By Eric Worrall – Re-Blogged From WUWT
Brewers acknowledge climate change might have an impact, but point out that if global warming causes a problem in one region they can just buy their inputs from somewhere else.
EVOLVING BEER’S SUPPLY CHAIN IN AN ERA OF CLIMATE CHANGE
Beer has been around a long time. New research from Stanford University has uncovered a 13,000-year old beer-brewing operation near what is now Haifa, Israel. And throughout that 13,000-year history, beer has evolved, starting with where the grains for that beer were grown. That’s the primary reason why, although climate change certainly poses future supply chain challenges for beer, the beer industry is well positioned to evolve even as the global climate shifts.
A new paper has gained significant media traction this week by suggesting that beer prices may increase and, as a result, total beer sales may decline significantly as climate changes threaten yields in current barley growing regions. But luckily, this paper is largely an academic exercise and not one that brewers or beer lovers should lose any sleep over. The beer industry certainly understands and is already preparing for shifts in climate. Here are three signs that beer is actively preparing for changes in climate…
1. Barley crop production geography shifts over time
Although the paper in question assumes that “the current geographical distribution and area of barley cultivation” stays the same, anyone who has watched barley markets over time knows that doesn’t make any sense given historical trends. Barley crops have long shifted around the world due to a variety of factors, including climatic conditions and competition with other crops. For North America, the chart below shows Canadian production as a % of the N. American crop, demonstrating the clear northern migration of Barley in North America (Sources: USDA-NASS and Statistics Canada).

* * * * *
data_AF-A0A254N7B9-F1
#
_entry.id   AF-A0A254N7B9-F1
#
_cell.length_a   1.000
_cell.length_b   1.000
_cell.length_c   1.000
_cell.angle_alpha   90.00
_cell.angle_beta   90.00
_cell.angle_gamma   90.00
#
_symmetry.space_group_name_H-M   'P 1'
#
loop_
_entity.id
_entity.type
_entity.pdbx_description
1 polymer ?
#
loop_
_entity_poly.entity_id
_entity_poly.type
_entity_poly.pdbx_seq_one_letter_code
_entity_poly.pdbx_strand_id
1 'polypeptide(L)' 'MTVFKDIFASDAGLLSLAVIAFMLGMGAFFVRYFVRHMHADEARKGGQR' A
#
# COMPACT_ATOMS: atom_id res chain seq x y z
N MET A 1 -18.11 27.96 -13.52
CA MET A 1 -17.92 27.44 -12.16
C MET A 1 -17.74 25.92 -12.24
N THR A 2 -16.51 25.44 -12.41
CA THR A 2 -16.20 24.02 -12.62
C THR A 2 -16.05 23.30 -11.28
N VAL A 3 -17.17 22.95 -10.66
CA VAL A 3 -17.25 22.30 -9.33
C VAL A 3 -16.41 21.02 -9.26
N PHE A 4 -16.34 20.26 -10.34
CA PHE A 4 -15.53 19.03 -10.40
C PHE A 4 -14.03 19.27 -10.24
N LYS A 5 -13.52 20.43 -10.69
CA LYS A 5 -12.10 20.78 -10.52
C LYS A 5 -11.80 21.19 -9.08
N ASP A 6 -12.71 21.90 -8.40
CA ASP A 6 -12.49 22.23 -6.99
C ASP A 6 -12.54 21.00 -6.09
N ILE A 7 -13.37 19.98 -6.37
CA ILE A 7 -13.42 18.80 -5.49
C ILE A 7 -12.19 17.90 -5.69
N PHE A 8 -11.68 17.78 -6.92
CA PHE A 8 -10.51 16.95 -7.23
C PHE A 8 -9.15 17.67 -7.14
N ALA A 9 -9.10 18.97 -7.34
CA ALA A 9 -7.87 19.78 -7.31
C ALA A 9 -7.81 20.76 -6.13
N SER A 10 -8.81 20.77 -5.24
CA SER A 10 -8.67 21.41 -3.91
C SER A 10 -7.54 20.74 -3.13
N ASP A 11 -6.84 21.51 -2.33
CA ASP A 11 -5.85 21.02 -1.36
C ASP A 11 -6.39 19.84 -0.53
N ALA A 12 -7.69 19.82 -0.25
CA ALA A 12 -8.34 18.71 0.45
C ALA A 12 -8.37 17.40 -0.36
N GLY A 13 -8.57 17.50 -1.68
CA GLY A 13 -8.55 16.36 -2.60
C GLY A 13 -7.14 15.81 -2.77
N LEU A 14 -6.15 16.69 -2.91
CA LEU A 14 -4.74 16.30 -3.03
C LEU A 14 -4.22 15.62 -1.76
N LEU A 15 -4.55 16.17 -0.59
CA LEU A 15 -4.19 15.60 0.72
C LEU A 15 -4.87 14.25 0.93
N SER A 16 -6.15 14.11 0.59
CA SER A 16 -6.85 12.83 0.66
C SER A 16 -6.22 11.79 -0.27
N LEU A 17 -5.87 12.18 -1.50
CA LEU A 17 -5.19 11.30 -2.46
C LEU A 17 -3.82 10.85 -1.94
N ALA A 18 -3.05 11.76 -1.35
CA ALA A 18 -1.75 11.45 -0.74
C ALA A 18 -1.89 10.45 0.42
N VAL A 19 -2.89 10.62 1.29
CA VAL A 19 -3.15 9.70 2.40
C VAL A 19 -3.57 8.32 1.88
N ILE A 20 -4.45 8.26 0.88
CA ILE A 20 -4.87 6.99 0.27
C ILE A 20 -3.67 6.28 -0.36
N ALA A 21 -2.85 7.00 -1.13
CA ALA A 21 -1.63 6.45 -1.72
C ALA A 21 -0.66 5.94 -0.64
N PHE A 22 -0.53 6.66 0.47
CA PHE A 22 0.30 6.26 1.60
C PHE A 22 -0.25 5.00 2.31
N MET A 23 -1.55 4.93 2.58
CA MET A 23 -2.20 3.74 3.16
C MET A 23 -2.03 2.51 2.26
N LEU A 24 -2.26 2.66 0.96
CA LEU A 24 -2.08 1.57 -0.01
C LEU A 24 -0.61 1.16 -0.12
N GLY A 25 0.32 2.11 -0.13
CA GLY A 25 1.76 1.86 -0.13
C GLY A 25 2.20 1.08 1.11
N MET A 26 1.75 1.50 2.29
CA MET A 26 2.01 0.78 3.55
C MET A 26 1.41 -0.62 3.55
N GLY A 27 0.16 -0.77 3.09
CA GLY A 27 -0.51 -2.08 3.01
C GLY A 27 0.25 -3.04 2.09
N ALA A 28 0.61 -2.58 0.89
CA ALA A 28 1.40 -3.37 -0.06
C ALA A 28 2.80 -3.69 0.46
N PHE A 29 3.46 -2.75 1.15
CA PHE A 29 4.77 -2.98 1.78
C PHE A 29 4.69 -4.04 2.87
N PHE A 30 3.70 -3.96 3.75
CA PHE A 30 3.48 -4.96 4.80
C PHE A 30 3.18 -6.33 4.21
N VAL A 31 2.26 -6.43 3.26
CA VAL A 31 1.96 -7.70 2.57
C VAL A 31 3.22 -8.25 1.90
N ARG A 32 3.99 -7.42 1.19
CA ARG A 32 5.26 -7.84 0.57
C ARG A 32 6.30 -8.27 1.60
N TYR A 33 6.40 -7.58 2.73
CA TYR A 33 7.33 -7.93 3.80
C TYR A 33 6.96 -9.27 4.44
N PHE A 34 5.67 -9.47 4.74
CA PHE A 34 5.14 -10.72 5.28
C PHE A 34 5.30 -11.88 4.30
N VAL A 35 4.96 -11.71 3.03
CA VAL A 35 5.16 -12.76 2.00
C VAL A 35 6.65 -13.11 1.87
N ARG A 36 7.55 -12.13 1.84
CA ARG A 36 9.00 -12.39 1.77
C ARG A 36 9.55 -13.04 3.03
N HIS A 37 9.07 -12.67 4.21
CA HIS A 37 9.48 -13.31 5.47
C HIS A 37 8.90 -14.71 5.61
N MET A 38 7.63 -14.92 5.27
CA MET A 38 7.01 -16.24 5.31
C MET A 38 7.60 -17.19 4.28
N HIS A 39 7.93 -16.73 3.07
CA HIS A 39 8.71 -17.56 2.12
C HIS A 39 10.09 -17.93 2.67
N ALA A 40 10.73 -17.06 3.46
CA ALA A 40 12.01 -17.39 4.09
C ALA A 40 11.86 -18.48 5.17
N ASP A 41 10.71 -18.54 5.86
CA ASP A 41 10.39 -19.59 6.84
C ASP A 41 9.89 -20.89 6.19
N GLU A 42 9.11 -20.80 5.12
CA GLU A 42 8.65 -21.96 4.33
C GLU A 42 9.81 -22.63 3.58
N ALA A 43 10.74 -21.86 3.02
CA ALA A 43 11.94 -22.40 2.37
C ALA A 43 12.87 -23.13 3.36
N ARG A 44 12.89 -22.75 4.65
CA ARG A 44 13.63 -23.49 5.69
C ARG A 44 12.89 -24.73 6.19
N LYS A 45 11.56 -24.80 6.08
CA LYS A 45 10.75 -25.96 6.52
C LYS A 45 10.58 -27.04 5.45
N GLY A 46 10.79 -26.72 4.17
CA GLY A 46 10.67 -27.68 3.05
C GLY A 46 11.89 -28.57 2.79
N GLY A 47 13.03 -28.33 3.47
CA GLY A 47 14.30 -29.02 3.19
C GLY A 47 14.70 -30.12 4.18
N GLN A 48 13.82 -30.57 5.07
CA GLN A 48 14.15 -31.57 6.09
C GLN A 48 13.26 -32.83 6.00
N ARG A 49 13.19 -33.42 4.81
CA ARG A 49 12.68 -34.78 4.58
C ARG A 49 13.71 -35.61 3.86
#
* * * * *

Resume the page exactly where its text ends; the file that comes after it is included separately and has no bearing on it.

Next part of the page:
So in N. America, we’ve averaged a 1.4% yield increase year over year for 7.5 decades. Yes, extreme events pose challenges (and you can see some bad years in that graph), but even at a worst case of -17% effect on yields, that’s equivalent to the average yield increase barley farmers have achieved every 11 years on average. Put differently, a -17% yield from climate change in 2099 is small in the context of yields that go up 17% every 11 years. At 1.4%, we’re looking at yields predicted to be 218% higher in 2099 based on the historical data. Now, we’re not agronomists, so it’s possible yield increases can’t keep that pace – but the yield decreases anticipated in the paper are very small compared to what the historical data predicts about increases over time.
As the Brewers Association points out, the key bad assumption of this “end of beer” study is that farmers will not attempt to adapt to a changing climate – that they will keep trying to grow exactly the same crops they grow today, even if those crops stop producing good yields.
As an “academic exercise” such studies have their place. Scientists often try to fix as many variables as they can, to see what impact the variable they are studying has on outcomes.
What is completely unreasonable is to try to infer real world outcomes from an unrealistic fixed variable study.
In the real world farmers adapt – if a warming climate damages yields, they do some research and plant something else, usually in a test field at first, then on a larger scale if the new crop produces better profits.
All that will happen in the real world, if substantial global warming occurs, is that barley growing regions will shift a few hundred miles North. Farmers who grow barley on the Southern edge of the current growing region would switch to other crops. Farmers to the North of the current growing region would start planting Barley.